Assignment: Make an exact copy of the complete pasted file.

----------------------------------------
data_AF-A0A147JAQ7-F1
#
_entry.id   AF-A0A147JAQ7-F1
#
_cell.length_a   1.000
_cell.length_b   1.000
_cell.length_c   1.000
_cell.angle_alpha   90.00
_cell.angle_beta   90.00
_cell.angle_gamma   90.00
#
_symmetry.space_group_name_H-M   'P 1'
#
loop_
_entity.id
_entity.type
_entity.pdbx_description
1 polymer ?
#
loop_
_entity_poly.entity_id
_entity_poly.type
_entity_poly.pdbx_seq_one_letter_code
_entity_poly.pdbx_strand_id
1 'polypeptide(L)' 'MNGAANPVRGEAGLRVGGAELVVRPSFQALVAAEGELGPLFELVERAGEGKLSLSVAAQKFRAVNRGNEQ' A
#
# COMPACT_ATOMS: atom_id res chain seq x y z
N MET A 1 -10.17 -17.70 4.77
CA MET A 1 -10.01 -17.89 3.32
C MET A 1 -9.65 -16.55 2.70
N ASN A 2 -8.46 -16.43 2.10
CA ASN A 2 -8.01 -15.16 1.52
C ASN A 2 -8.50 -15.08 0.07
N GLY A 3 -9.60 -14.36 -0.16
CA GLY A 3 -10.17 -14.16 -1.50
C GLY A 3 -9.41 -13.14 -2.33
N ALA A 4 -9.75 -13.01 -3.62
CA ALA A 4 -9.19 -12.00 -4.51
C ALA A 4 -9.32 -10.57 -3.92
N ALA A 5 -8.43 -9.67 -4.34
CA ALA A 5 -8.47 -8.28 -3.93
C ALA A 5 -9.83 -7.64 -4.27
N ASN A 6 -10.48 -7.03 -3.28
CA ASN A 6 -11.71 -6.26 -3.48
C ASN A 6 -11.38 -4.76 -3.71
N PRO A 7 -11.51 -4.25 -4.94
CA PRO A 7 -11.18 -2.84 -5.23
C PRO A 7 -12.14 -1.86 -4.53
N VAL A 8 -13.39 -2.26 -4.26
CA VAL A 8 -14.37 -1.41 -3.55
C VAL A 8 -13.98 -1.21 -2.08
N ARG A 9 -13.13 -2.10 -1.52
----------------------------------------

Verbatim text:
data_AF-A0A147JAQ7-F1
#
_entry.id   AF-A0A147JAQ7-F1
#
_cell.length_a   1.000
_cell.length_b   1.000
_cell.length_c   1.000
_cell.angle_alpha   90.00
_cell.angle_beta   90.00
_cell.angle_gamma   90.00
#
_symmetry.space_group_name_H-M   'P 1'
#
loop_
_entity.id
_entity.type
_entity.pdbx_description
1 polymer ?
#
loop_
_entity_poly.entity_id
_entity_poly.type
_entity_poly.pdbx_seq_one_letter_code
_entity_poly.pdbx_strand_id
1 'polypeptide(L)' 'MNGAANPVRGEAGLRVGGAELVVRPSFQALVAAEGELGPLFELVERAGEGKLSLSVAAQKFRAVNRGNEQ' A
#
# COMPACT_ATOMS: atom_id res chain seq x y z
N MET A 1 -10.17 -17.70 4.77
CA MET A 1 -10.01 -17.89 3.32
C MET A 1 -9.65 -16.55 2.70
N ASN A 2 -8.46 -16.43 2.10
CA ASN A 2 -8.01 -15.16 1.52
C ASN A 2 -8.50 -15.08 0.07
N GLY A 3 -9.60 -14.36 -0.16
CA GLY A 3 -10.17 -14.16 -1.50
C GLY A 3 -9.41 -13.14 -2.33
N ALA A 4 -9.75 -13.01 -3.62
CA ALA A 4 -9.19 -12.00 -4.51
C ALA A 4 -9.32 -10.57 -3.92
N ALA A 5 -8.43 -9.67 -4.34
CA ALA A 5 -8.47 -8.28 -3.93
C ALA A 5 -9.83 -7.64 -4.27
N ASN A 6 -10.48 -7.03 -3.28
CA ASN A 6 -11.71 -6.26 -3.48
C ASN A 6 -11.38 -4.76 -3.71
N PRO A 7 -11.51 -4.25 -4.94
CA PRO A 7 -11.18 -2.84 -5.23
C PRO A 7 -12.14 -1.86 -4.53
N VAL A 8 -13.39 -2.26 -4.26
CA VAL A 8 -14.37 -1.41 -3.55
C VAL A 8 -13.98 -1.21 -2.08
N ARG A 9 -13.13 -2.10 -1.52